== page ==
R.Lloyd, I believe Doug's read more on the subject than many of us, but I seem to recall that John B had a bit of a reputation for being downright disdainful of his super-hero work at times, which is truly a shame. He may have shared your feelings that his talents were wasted in that particular genre of the medium, which would explain why he focused his best efforts on fantasy/exotic locales and such. Myself, I completely disagree with that perspective. When you think about it-- where else would he have applied his specific talents as a visual artist? As the un-sung, unseen storyboarder for films? Advertising? As a starving portrait artist? He was one of the inarguable top-tier giants of comic book artists, and his talents were a flat-out perfect fit for the medium. Possibly, the next logical step for him would have been graphic novels-- but that's not really an appreciable difference from what he'd done.

It's not at all unusual for any type of artist's best work (graphic artist, writer, musician, actor, etc), the work they have the most natural aptitude for, to not exactly line up with what they believe their artistic passion to be. It. . . makes me crazy, really, when rather than recognize and embrace their strengths, they choose to denigrate or dismiss the work they've done that's had the most impact on people. This quality in Big John (or at least, the sense of that quality) does make me like him a bit less personally even while I'm a naked admirer of his whole body of work. I've heard mention of an interview where, when asked about the final panel of Avengers #58 (Vision overcome w/ emotion), he dismissed it by pretty much saying he didn't remember drawing it or creating the character, etc, etc. It's just so sadly ungracious.
I once did a show with a brilliant (but temperamental) actor who was having trouble with a couple of moments/beats during one of our scenes, and in talking through it I mentioned how something might read to the audience. And he snapped, "I don't care about the audience! I'm not HERE for the AUDIENCE!!" And I thought to myself, okay, so if an actor falls in the woods and nobody sees it, was it still a performance?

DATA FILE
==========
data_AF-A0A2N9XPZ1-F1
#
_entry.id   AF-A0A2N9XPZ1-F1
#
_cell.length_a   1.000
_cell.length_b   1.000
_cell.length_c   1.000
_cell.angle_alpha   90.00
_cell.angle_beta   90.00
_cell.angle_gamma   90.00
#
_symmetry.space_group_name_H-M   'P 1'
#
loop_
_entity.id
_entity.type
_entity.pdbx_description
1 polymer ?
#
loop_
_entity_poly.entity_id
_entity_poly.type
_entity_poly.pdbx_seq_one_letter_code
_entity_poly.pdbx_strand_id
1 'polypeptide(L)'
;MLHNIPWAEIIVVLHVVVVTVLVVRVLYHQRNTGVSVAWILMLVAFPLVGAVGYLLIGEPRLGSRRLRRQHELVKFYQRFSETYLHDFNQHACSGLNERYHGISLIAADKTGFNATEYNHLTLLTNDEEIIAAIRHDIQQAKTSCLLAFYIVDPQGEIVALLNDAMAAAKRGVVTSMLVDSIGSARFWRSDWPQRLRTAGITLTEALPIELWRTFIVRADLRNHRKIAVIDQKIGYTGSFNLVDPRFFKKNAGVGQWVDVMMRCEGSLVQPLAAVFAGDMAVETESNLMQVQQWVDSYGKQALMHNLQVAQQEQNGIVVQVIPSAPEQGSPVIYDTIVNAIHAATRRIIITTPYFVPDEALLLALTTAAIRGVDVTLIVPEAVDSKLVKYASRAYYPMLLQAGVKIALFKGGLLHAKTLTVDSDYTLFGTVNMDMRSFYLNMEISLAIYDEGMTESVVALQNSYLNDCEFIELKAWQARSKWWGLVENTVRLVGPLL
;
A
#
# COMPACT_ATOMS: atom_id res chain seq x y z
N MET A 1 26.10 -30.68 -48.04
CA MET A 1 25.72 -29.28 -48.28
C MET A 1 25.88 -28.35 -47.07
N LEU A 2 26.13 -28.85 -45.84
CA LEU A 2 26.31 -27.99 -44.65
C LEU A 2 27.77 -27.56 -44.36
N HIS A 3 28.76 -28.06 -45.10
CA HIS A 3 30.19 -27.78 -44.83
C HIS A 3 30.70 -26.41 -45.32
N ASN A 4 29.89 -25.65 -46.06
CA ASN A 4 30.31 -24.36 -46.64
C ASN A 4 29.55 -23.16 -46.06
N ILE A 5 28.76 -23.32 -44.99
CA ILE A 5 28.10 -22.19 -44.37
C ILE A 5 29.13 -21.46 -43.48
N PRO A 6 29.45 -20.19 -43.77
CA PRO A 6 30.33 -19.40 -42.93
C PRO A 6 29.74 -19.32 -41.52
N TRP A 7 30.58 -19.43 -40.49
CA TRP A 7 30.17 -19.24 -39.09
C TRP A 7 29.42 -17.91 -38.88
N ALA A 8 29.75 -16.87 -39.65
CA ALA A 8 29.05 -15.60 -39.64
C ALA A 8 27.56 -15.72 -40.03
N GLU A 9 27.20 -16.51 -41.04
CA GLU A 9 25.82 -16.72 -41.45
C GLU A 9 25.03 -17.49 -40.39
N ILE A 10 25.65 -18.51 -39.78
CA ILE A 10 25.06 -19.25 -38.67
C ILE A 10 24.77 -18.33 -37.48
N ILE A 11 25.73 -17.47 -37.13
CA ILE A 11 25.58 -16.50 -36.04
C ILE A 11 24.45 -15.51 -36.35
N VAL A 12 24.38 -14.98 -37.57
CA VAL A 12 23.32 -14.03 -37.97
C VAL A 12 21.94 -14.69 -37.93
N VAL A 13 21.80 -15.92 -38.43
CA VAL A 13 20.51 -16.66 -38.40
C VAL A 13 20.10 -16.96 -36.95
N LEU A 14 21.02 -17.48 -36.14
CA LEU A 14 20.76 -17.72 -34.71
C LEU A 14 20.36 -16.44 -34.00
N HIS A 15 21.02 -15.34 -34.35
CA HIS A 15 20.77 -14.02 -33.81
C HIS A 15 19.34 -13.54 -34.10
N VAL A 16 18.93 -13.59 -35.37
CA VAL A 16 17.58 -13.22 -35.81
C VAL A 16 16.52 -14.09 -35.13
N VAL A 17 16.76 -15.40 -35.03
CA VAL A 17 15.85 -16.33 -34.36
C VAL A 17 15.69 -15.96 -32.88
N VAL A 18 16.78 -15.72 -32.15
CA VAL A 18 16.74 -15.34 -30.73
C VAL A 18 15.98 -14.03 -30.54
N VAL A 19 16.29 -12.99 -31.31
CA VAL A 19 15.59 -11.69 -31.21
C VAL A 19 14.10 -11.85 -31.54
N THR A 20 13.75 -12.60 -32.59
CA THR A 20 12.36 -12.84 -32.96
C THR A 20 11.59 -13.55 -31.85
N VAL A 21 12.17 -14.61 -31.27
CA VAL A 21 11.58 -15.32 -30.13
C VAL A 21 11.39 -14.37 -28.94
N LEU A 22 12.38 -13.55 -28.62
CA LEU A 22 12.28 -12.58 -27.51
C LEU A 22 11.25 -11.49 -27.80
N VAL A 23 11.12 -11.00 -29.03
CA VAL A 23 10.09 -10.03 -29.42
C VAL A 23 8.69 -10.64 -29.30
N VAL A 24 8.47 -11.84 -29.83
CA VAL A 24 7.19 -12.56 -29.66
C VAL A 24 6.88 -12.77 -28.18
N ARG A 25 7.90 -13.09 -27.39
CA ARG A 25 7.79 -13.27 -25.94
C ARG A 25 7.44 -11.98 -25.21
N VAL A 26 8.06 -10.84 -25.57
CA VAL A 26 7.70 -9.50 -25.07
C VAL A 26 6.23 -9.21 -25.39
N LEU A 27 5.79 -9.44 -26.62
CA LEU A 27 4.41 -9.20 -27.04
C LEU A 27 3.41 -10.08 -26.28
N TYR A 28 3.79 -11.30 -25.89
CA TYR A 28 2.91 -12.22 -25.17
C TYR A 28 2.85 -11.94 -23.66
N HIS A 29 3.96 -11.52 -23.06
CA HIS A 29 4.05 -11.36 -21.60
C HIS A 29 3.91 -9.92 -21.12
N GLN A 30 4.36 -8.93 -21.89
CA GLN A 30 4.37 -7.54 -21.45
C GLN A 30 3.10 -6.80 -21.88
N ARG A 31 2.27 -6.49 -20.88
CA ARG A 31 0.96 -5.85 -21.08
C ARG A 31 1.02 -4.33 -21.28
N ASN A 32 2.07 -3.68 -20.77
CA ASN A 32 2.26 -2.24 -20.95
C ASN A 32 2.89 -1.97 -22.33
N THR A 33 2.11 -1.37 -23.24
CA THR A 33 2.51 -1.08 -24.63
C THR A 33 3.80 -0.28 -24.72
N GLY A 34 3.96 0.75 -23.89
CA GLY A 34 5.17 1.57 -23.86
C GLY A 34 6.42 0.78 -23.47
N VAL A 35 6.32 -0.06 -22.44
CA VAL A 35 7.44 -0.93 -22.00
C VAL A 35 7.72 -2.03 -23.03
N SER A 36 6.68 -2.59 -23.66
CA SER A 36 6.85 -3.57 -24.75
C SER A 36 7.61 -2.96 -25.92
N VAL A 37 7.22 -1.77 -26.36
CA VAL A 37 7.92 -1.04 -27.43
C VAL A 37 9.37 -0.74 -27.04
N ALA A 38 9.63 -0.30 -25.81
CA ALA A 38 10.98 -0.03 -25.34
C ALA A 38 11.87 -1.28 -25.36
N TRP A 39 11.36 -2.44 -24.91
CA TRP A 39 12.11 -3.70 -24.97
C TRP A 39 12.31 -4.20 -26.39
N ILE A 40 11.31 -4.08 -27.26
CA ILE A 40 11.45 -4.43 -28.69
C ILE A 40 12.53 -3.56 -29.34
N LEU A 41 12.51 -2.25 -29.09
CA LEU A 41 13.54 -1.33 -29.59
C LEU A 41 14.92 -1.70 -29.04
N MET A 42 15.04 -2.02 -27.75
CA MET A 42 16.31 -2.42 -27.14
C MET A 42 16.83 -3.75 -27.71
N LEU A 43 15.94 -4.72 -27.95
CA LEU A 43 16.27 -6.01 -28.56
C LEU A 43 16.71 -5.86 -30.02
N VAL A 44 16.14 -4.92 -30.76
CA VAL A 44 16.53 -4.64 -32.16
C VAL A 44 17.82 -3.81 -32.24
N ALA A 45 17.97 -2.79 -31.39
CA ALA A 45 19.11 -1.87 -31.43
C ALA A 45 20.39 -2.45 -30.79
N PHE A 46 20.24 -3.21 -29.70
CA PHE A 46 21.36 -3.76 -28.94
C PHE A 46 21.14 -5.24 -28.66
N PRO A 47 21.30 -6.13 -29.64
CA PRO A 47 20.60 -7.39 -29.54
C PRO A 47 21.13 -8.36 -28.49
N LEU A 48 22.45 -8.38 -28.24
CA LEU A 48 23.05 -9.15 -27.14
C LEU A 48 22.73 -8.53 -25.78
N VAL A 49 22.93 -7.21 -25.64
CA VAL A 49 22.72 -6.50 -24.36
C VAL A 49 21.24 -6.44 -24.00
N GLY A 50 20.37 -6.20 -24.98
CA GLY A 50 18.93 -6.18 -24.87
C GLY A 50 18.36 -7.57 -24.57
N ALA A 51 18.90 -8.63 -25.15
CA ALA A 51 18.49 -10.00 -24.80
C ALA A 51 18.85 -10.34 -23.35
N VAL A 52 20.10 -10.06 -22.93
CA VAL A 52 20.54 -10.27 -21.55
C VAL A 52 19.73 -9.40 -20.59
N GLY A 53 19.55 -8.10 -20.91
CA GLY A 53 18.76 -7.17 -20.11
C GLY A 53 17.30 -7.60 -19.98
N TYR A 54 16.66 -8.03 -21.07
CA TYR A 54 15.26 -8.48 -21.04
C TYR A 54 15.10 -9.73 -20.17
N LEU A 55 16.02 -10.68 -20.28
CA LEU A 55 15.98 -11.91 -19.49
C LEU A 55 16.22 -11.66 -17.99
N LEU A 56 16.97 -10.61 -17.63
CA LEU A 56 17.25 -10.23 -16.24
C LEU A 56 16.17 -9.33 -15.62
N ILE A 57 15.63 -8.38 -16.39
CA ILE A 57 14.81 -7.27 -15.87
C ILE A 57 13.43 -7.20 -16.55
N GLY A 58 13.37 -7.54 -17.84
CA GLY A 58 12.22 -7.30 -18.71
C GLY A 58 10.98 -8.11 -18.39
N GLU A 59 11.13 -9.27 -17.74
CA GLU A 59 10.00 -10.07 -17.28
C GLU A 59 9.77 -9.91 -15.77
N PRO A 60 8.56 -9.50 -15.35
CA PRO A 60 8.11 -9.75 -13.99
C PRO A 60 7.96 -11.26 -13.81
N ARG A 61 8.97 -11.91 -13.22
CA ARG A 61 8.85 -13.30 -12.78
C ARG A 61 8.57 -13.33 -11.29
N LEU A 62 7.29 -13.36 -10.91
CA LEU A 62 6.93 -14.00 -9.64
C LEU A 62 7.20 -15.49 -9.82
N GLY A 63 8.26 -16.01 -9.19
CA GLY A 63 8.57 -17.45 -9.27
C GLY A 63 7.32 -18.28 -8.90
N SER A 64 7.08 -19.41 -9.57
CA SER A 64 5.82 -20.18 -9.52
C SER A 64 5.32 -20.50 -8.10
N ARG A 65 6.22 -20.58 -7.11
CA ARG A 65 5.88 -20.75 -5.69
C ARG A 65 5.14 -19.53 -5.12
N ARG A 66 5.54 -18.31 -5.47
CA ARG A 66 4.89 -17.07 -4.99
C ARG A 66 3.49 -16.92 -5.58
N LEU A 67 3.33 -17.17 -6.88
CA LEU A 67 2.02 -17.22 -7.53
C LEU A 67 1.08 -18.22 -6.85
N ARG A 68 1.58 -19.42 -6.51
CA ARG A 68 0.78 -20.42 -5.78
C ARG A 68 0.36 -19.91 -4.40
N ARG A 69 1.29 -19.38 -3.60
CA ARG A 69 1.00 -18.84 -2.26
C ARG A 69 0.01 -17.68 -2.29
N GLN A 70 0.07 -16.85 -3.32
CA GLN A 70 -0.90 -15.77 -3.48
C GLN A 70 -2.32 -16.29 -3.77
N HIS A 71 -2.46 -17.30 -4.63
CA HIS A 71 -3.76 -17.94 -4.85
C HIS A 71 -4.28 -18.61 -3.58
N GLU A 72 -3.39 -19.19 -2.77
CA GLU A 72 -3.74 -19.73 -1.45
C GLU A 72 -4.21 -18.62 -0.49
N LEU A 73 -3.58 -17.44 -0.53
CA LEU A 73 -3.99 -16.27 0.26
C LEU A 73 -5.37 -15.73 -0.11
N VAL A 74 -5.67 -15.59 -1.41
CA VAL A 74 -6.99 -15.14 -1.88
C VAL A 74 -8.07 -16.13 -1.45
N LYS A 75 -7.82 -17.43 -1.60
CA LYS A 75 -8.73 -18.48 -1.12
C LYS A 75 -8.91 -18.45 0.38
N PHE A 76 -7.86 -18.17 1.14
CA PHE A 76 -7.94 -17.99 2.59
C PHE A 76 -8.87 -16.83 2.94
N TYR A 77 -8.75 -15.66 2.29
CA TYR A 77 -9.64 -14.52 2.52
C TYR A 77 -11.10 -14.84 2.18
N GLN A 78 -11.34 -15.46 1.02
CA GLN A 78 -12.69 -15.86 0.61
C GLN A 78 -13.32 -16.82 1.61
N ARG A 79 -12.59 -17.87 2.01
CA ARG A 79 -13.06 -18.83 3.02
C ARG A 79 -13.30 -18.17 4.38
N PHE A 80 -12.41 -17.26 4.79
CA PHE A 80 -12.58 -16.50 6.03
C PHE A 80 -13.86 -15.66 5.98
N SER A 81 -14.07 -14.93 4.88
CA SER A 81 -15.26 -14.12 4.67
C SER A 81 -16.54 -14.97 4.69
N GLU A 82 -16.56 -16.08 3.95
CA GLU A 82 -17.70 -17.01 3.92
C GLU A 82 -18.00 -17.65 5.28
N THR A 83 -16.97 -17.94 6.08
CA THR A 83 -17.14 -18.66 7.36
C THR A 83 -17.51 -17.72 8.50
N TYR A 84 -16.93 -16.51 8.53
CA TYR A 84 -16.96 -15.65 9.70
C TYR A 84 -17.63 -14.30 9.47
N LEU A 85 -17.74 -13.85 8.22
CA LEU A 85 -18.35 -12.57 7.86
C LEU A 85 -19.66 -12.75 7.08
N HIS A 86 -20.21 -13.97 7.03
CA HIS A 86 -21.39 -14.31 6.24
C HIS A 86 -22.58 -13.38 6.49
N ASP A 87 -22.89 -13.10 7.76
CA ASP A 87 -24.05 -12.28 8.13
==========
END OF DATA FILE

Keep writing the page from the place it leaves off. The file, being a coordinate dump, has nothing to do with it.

Ahhh, I'm waxing on--- so sorry. . .

HB

Colin Bray said...

On JB being dismissive of his superhero work, it is a shame but it shows his generation's attitude to the medium.

Stan Lee could never shake off his regret that he wasn't a serious writer either, his public proclamations notwithstanding.

How each man dealt with it was more a function of his personality than a difference in attitude.

Roy Thomas and the subsequent wave of creators were the first to see comics as their true vocation.

Colin Bray said...
This comment has been removed by the author.
BobC said...

I spoke to John Buscema (my all time favorite artist, especially when inked by Tom Palmer) shortly before his death, and he told me he hated drawing comics (with the exception of Conan) and he only did it because the money was good. I had to remind him who Ultron was--a character he created!! He said "Oh you mean the robot with a pumpkin head."

Garett said...

Buscema's sketches are fantastic, so lively! Nice selection, Doug! In some ways they're better than his comic pages-- more free and perhaps more true to his own artistic spirit. There are some nice examples of Buscema inking himself, like in Savage Sword 61, 70 and 73, the graphic novel Conan the Rogue, and some other scattered comics. He did draw some western comics back in the '50s for Dell, like Luke Short's Top Gun, and also a few issues of Indian Chief that he inks himself.

Looking forward to the rest of the art weekends this month Doug!

Edo Bosnar said...

Garett, see my last comment in the "What Are You Reading?" post from a few days ago...

BobC said...

The greatest thing about Big John was that he seemed incapable of drawing an awkward pose. His anatomy is always spot on, no matter what.